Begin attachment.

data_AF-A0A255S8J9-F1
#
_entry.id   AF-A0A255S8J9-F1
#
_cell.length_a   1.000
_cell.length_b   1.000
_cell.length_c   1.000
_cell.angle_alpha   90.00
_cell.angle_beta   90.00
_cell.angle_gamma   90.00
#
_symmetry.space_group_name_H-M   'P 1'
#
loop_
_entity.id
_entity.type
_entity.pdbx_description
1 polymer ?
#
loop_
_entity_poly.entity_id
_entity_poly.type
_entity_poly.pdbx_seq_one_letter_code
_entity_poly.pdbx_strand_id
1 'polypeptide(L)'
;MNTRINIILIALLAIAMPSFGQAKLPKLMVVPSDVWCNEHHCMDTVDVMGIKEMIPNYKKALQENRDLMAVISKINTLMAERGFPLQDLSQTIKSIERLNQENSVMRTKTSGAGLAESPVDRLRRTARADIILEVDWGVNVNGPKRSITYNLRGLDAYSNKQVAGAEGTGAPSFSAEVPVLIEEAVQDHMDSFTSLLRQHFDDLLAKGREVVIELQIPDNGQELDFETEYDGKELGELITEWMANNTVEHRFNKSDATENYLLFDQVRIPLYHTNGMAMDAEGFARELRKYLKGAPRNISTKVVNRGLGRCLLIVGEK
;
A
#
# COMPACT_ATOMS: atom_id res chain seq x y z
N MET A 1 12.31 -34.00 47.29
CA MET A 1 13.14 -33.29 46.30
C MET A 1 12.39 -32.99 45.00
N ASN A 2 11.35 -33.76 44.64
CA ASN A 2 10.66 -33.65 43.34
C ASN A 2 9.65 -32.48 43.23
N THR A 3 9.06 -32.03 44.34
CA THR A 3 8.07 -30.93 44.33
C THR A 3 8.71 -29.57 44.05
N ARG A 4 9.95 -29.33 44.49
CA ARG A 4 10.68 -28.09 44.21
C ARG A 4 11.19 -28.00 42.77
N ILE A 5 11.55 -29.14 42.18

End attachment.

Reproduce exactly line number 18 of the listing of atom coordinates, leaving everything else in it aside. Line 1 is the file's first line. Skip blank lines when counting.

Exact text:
1 polymer ?